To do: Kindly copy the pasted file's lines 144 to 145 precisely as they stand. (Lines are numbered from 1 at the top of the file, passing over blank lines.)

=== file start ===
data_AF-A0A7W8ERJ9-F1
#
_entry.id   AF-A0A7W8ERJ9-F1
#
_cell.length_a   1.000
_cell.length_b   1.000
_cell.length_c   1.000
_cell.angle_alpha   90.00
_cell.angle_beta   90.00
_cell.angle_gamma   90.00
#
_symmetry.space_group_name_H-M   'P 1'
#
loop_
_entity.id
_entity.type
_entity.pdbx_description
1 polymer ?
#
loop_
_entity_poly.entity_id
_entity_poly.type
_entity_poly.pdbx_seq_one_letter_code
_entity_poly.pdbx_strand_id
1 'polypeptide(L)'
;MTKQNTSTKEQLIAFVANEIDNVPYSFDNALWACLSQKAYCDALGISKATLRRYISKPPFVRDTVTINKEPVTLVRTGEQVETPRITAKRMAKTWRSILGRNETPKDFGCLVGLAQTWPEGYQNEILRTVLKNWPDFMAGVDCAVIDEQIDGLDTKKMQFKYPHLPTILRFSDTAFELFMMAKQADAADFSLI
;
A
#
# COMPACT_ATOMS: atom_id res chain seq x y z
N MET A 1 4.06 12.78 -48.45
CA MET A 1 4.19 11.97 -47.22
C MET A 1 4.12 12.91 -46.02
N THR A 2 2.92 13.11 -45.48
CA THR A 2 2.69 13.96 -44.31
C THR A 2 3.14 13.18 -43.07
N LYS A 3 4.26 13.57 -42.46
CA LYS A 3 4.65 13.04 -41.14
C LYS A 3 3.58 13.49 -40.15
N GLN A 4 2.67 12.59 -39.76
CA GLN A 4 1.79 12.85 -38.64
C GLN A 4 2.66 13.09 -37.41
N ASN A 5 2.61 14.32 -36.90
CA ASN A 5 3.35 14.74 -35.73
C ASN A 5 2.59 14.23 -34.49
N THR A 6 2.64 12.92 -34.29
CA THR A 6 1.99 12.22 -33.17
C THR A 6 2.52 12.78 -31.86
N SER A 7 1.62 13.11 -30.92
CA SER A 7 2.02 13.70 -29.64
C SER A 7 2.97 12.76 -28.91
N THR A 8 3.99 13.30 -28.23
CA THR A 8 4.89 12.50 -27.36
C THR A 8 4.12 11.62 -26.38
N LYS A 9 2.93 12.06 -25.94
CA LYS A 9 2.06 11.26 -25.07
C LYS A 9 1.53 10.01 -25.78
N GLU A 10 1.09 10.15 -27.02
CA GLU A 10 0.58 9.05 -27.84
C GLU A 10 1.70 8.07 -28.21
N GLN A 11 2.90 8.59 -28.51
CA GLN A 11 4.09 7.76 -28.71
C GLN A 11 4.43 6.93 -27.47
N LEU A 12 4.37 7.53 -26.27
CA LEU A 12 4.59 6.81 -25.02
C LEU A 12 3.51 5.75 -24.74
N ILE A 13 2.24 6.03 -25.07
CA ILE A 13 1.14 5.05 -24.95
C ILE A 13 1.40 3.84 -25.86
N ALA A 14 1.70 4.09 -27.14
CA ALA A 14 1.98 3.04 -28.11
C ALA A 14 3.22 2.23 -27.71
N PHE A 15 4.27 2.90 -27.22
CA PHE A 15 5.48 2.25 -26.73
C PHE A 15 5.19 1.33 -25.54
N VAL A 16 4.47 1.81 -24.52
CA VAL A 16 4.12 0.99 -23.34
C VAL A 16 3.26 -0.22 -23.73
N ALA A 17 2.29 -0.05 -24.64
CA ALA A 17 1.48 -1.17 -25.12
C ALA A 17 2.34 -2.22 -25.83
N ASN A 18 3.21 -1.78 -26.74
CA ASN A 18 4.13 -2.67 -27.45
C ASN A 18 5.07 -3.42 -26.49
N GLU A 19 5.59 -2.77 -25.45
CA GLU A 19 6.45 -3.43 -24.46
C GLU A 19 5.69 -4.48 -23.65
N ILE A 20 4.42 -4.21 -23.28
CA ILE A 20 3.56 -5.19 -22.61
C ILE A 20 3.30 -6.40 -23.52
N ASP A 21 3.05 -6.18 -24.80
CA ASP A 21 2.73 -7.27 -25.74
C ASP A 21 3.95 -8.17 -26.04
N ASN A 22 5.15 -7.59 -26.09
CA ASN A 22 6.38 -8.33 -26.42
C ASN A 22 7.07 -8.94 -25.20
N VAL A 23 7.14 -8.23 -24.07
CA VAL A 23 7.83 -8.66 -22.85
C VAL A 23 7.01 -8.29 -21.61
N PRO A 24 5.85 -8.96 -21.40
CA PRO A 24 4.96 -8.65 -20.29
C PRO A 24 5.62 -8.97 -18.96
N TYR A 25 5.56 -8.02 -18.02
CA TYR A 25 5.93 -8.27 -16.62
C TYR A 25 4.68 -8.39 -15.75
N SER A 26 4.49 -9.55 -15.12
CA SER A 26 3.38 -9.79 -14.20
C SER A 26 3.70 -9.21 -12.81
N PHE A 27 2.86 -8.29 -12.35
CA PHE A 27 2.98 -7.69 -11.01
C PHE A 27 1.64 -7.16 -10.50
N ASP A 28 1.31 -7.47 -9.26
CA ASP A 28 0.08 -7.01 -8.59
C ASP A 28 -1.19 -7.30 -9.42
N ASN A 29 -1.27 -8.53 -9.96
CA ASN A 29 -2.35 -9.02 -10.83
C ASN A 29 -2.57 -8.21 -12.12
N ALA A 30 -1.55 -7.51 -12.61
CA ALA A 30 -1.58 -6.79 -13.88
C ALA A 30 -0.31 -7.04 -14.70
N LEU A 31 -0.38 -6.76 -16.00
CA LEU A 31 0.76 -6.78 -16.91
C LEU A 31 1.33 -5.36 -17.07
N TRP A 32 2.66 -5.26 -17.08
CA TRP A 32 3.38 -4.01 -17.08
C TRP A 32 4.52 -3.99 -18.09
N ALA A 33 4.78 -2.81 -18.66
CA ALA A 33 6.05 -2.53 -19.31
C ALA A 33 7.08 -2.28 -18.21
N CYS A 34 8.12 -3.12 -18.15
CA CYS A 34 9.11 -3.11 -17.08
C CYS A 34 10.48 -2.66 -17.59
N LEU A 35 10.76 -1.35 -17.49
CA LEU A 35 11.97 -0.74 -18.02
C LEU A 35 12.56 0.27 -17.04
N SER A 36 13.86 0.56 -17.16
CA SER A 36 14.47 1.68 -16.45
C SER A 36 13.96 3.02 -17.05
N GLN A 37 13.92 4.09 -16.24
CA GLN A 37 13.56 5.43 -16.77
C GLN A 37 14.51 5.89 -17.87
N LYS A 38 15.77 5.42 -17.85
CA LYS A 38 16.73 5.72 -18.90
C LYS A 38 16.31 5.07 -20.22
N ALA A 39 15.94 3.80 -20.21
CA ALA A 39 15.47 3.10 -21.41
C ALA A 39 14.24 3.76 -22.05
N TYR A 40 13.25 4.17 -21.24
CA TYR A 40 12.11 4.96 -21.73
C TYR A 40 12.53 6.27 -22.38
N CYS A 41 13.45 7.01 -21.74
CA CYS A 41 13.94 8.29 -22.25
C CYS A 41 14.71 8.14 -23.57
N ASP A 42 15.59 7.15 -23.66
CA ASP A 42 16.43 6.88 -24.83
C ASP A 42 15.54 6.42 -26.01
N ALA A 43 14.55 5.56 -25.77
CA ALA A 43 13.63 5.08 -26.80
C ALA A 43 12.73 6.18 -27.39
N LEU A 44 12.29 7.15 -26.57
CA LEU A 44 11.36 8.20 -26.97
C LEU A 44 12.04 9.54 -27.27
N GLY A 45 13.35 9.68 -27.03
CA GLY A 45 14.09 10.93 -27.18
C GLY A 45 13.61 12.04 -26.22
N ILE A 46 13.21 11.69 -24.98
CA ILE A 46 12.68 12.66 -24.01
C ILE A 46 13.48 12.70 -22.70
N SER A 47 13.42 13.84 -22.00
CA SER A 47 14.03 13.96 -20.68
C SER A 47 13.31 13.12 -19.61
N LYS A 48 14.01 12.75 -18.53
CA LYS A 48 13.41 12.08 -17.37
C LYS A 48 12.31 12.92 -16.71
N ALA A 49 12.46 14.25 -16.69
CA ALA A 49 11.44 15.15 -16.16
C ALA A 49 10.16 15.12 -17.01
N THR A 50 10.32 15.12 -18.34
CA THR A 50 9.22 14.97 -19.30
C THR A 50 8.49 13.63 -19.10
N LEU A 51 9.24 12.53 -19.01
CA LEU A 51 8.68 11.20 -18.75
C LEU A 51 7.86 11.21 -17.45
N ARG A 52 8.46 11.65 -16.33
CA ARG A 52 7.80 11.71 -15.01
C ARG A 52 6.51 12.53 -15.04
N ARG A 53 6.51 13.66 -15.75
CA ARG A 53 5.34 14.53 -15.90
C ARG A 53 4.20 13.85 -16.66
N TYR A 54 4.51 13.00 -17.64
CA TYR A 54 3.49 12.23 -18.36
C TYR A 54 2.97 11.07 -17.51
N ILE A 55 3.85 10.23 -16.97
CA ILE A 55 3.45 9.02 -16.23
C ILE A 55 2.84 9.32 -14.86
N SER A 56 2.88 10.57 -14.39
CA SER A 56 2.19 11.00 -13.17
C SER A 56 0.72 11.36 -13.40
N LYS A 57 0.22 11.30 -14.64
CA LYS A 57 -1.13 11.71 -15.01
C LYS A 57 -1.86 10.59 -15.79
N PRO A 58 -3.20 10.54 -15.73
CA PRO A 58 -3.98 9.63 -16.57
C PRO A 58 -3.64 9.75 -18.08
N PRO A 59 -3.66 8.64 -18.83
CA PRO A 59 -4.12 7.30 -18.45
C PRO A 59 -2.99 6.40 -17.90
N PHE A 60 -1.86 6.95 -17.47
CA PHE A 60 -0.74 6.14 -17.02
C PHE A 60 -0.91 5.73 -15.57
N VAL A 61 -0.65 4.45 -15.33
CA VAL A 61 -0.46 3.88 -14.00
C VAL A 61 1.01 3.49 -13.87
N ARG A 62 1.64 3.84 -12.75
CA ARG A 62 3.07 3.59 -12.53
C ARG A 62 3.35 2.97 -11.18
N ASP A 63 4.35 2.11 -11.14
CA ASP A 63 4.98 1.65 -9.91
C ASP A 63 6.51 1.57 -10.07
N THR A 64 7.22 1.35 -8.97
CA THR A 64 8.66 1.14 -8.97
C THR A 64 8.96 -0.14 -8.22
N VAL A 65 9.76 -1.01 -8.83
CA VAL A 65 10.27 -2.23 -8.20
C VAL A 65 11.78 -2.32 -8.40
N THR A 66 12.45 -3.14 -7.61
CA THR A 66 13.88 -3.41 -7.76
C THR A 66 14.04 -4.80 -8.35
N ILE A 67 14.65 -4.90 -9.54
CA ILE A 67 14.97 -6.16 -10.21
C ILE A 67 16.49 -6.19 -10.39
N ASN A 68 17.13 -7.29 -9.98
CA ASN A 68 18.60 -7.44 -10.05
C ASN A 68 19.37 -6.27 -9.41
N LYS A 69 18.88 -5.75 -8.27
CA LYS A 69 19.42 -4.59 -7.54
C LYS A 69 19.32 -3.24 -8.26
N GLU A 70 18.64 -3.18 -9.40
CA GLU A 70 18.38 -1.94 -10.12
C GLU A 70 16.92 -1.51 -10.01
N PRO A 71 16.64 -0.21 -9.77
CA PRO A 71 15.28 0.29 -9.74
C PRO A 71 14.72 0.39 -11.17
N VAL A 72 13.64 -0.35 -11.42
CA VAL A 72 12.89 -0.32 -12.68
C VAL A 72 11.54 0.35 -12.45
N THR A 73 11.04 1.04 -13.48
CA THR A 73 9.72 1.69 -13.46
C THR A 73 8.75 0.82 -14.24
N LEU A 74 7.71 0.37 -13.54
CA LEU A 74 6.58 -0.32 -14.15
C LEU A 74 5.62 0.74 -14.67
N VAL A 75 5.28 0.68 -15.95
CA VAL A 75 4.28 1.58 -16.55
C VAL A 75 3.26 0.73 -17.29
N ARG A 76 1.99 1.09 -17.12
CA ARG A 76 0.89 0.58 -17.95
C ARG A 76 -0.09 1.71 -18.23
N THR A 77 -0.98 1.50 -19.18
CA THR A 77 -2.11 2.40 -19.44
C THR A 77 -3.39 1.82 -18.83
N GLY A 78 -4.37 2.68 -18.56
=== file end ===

C LYS A 38 16.31 5.07 -20.22
N ALA A 39 15.94 3.80 -20.21